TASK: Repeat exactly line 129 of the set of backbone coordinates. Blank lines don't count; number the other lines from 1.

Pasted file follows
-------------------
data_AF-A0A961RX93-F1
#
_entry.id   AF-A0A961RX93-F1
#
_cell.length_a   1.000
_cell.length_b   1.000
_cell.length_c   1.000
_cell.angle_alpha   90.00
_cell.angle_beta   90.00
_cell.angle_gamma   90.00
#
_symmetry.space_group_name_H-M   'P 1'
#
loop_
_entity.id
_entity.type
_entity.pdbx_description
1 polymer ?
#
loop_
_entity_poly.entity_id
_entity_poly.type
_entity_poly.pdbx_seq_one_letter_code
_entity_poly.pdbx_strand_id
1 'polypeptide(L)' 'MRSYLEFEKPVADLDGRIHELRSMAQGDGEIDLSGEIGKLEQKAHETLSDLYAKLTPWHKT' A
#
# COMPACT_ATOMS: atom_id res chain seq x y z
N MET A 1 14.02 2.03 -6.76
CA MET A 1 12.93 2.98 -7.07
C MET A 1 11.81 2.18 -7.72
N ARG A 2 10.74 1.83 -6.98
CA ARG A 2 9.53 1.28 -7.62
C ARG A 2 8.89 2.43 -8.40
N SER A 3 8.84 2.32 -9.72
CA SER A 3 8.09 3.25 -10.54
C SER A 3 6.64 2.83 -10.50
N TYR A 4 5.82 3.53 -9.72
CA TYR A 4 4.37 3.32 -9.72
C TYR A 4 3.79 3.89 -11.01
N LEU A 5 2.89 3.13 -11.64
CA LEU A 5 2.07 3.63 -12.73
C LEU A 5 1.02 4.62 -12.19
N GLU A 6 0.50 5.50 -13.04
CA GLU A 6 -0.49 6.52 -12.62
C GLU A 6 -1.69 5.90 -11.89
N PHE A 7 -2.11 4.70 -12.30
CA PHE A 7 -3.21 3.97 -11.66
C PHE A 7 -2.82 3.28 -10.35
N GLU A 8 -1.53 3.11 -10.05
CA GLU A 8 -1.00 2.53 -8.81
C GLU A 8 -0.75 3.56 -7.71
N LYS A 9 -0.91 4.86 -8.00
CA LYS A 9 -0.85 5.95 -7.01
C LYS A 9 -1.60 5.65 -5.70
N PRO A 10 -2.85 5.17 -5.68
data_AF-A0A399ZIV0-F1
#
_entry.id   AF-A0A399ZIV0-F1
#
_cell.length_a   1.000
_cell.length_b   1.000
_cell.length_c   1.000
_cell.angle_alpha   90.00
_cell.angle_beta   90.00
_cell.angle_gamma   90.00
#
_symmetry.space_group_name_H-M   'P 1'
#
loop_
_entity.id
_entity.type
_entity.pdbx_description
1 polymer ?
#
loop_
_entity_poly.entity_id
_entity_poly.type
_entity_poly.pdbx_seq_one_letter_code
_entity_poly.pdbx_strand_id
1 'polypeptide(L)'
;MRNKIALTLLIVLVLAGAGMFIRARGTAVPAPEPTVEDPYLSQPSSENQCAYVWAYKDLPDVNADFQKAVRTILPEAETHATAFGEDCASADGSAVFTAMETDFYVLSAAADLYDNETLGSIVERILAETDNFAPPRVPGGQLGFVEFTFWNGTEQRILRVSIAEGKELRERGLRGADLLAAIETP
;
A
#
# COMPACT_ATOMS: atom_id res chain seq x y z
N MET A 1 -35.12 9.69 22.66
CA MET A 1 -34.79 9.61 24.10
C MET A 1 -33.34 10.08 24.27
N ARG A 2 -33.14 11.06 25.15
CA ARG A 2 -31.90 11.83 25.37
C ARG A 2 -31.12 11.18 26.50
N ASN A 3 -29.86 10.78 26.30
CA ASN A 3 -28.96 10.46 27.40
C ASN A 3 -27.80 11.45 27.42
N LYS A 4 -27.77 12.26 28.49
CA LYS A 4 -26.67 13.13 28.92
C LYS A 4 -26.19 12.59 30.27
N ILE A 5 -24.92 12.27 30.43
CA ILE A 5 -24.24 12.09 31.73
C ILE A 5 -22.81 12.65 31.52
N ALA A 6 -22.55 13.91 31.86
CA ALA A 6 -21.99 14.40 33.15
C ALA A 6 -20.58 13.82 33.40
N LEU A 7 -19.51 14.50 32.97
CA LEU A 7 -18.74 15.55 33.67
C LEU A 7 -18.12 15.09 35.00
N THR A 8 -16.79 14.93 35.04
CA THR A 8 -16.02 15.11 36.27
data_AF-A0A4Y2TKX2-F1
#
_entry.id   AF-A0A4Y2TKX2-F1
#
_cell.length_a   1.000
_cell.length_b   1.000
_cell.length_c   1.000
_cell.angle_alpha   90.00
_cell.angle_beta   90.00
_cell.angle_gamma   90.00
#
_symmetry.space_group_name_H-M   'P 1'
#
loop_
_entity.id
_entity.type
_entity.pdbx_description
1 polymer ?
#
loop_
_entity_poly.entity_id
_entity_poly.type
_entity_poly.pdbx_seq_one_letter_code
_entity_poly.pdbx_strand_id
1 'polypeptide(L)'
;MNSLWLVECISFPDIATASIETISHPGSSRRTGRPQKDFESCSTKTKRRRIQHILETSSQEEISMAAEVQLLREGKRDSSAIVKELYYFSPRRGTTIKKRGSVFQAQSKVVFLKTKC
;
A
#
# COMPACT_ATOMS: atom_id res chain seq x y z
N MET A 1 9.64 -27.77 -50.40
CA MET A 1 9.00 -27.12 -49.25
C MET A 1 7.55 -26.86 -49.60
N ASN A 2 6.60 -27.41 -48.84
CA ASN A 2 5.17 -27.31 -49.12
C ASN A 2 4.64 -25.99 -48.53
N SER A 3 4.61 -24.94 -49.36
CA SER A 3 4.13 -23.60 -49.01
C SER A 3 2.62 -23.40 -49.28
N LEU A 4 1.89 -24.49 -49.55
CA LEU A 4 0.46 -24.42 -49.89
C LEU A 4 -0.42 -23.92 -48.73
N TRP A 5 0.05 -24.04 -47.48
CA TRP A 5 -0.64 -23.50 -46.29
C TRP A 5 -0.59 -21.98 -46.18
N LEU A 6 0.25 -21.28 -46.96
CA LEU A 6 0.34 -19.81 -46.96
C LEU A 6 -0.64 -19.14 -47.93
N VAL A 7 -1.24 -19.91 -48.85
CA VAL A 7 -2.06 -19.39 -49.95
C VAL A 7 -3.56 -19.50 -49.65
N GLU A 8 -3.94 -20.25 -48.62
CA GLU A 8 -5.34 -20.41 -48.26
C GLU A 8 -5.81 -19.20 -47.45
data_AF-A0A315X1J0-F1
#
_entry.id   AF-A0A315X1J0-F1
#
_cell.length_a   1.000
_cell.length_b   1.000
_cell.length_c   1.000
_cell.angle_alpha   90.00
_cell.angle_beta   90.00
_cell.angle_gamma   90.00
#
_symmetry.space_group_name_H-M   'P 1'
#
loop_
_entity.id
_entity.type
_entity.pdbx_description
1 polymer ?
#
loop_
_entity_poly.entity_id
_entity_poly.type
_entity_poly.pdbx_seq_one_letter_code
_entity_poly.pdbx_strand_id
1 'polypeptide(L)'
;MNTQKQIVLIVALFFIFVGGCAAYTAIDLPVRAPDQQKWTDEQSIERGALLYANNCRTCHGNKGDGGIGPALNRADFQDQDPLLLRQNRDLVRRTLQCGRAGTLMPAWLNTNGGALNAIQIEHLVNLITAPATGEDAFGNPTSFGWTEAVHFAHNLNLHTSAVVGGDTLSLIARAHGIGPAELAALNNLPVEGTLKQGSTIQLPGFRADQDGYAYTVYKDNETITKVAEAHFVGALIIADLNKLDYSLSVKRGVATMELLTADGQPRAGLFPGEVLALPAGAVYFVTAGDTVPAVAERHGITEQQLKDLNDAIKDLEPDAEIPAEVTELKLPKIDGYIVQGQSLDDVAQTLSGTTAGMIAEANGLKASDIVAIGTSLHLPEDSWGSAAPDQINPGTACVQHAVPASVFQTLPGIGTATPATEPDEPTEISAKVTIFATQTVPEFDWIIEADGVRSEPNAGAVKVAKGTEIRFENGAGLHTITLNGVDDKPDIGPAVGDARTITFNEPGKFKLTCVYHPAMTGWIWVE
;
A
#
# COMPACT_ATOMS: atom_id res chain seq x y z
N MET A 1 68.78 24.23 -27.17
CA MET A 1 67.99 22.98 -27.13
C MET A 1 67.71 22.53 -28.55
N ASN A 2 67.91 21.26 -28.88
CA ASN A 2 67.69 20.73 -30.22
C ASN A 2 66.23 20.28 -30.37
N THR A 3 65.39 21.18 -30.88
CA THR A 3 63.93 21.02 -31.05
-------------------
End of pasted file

_entity_poly.entity_id